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My journey into high percentage rye breads

txfarmer's picture

My journey into high percentage rye breads

Inspired by Hamelman's book, I've been getting into baking and eating high percentage rye breads in the past few months. Keep in mind that I was born and raised in China, so I was used to those light as air, soft as cotton Asian style breads, while I have baked and loved European style breads, whole grain breads, and sourdough breads for a while, rye is definitely new and different to me. Here are some of my tries and some comments/questions (all of them are from Hamelman's book):

1) 60% Rye with flexseeds, I loved the taste of this bread, but the shaping needed improvement. Had a few blowouts on the sides, and the surface got stuck on the proofing cloth a bit.

66% Ryewith flaxseeds

2) 70% rye with whole wheat. It was just OK, mostly because I couldn't find rye chops (still can't), so I improvised by using the chopper attachment of my hand mixer to chop up some whole rye berries, and shifting out the powder. It didn't work that well, so the "rye chops" tastes a bit too crunchy even after being soaked all night, also there are some cracking in the crumb, no idea why. Anyone here made this recipe before? Is this bread supposed to be this brick like?

3)Detmolder 90% Rye. That's my favorite one so far! With such high percentage of rye, it's lighter than I expected. Great rye taste. I don't have a bread docker, but I kinda like the irregular crackling on the crust.

4)Vollkornbrot with flaxseeds. I made this one this past Sunday, and waited until today (Tue) to cut in. I still used the same technique for rye chops, but this time I used boiling water to soak it, which helped to soften the texture. I am pretty happy with the taste, moist and good texture from soakers. Boy, is this bread heavy! I used pullman pan like the book suggested, got a tasty, dark, heavy, long piece of brick! :) I am no rye expert, does this look about right for volkornbrot? Both the shape and crumb? It rose quite a bit during the final proofing, but not much in the oven. Did I overproof? Should I have gotten a more dome-ish top, rather than a flat brick?

Next, I want to try the Horst Bandel's black pumpernickel, which intimidates me a little due to the long bake, various soakers, and "too wet" problem documented here on this forum. It also calls for rye chops to be added to the final dough directly without soaking, I need to figure out a way to substitute that since I STILL can't find rye chops. Any suggestions? I can't even find cracked rye locally, just rye berries and rolled rye.

Mini Oven's picture
Mini Oven

It's good you can get berries!  Now if you would like to use sprouted berries soak them 6 -12 hours and drain them, rinse and drain 2 or 3 times a day until they just start to sprout (2 -3 days. Sprout shelf life refrigerated 1-2 weeks.)  Then boil them reserving the liquid (use as water in a recipe) and run them through a metal meat grinder.  That works pretty good.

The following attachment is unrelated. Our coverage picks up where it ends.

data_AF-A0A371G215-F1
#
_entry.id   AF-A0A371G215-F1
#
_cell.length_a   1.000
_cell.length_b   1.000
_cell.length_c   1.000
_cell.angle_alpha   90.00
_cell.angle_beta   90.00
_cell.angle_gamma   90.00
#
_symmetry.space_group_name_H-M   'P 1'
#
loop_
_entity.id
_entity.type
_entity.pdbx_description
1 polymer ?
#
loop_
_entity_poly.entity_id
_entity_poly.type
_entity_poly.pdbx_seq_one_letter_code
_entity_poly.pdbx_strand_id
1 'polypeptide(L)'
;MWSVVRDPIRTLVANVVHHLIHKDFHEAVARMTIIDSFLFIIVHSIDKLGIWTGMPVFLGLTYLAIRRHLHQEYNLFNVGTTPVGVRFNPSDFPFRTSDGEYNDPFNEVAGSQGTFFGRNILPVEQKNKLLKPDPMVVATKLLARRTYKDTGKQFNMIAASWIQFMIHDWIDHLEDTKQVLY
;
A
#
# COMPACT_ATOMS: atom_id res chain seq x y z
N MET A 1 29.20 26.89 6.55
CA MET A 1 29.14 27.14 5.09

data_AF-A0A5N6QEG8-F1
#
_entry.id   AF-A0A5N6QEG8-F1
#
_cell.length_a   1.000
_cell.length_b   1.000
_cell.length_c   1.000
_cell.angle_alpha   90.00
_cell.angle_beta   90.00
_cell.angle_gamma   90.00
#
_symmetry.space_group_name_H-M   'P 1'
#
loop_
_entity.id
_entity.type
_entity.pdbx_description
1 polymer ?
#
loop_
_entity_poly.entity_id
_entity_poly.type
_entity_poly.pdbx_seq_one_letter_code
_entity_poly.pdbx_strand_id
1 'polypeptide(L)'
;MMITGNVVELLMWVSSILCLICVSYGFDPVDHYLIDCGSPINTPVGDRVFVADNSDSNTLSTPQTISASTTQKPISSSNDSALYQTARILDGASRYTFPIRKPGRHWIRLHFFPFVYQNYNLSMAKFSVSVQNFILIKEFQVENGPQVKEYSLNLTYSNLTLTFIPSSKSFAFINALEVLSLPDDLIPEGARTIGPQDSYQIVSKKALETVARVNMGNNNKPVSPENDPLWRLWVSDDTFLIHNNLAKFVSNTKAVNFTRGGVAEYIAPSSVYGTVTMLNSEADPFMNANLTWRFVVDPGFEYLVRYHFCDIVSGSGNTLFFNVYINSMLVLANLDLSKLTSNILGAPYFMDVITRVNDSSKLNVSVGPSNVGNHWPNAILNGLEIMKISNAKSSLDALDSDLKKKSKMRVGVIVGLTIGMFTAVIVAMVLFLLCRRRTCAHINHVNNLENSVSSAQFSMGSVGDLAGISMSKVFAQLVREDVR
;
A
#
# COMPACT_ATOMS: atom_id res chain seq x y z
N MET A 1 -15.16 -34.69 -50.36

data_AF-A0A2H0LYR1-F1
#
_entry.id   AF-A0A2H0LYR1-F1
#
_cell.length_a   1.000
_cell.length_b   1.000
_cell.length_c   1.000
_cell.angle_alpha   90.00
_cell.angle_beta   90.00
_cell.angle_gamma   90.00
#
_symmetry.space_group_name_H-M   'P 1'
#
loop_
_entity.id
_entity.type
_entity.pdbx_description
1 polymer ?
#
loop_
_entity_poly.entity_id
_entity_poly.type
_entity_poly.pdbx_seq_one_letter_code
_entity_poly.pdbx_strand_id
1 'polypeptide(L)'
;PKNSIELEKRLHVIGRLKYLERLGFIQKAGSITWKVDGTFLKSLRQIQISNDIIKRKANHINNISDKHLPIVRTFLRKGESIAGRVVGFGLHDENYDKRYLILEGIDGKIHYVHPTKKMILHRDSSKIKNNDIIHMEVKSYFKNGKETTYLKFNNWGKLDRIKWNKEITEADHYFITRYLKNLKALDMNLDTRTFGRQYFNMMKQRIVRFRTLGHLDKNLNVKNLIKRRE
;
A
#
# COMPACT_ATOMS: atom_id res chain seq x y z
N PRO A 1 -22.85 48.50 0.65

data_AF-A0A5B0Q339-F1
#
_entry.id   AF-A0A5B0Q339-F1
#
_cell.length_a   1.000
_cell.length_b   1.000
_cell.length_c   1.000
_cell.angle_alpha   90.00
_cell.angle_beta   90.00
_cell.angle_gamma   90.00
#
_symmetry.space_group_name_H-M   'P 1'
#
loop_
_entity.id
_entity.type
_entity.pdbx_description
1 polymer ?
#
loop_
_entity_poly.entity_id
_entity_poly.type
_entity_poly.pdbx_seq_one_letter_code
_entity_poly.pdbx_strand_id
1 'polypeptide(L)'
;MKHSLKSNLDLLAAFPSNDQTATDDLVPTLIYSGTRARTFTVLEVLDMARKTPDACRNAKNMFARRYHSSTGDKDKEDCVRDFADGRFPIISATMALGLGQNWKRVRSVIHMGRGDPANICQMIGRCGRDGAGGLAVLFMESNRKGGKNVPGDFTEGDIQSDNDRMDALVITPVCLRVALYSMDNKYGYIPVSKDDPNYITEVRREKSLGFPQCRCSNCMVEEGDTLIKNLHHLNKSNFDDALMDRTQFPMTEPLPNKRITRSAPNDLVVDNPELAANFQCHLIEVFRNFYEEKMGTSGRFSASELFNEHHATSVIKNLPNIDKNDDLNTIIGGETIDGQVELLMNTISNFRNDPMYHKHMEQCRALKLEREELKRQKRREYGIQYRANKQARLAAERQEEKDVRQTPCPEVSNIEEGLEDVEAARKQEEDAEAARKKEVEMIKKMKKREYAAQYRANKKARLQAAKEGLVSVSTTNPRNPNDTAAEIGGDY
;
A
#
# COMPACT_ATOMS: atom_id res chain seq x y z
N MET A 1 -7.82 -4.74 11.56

You can used rolled rye "as is" without all the fuss for the Horst Bandel Pumpernikel.

Your "brick" breads look lovely.  If you build a house with them, I will come and eat you out of house and home.  The heavy ryes or vollkornbrot do not rise much and yours look delicious!  Detmolder looks perfect, tight moist crumb, beautiful cracks.  The 60% rye w/flax looks a little dark on top, try covering loosely with aluminum foil half way through the bake.  A good time is when the steam is released and loaf is rotated.  Remove after 20 minutes or so.

"Well Done and Great pictures"



txfarmer's picture

I may just use rolled rye in Horst Bandel Pumpernikel, the sprouting sounds interesting, but a little too involved. ;)

I will definitely try the 60% rye again, and use the tenting tip.

Mini, thanks for the tips and encouragement!

plevee's picture

Your breads look beautiful & delicious. How did you manage the temperature changes for the Detmolder process?

I have a used All Grain grain mill I got on eBay several years ago. On a setting 3/4 way to coarse it produces a mixture of a kind of meal and grains broken into an approximation of rye chops. I sieve the result & soak the 'chops' in hot water overnight & haven't had problems with them being crunchy. It might be possible to soak the rye berries first & them chop them in a food processor or similar to approximate soaked chops?

I haven't tried the high percentage ryes yet, but Hamelman's book has tempted me into making many levain variations I wouldn't have tried otherwise & they always turn out splendidly.


txfarmer's picture

I approximated it: certain parts of the house is cooler (I live in Dallas, it's hella hot out, but AC is on 24/7 inside, so there are spots that's 70-75), kitchen is warmer, then for the warmest part, I used a table lamp and aimed it right above the covered dough. I used a thermometer to monitor the temperatures, and they were all within the acceptable range specified in the book.

Soak first then put in the processor! Why haven't I thought of that?! Thank you so much for this good idea! I will check out the mill on ebay too...

xaipete's picture

Great pics and post. Very inspiring.


txfarmer's picture

Guess what, this weekend I plan to try the blue cheese bread from Local Breads. I did a search saw your blog/saga about baking that bread, LOL, a good warning, now I will leave plenty of time to make that bread. Hopefully mine will come out good like yours!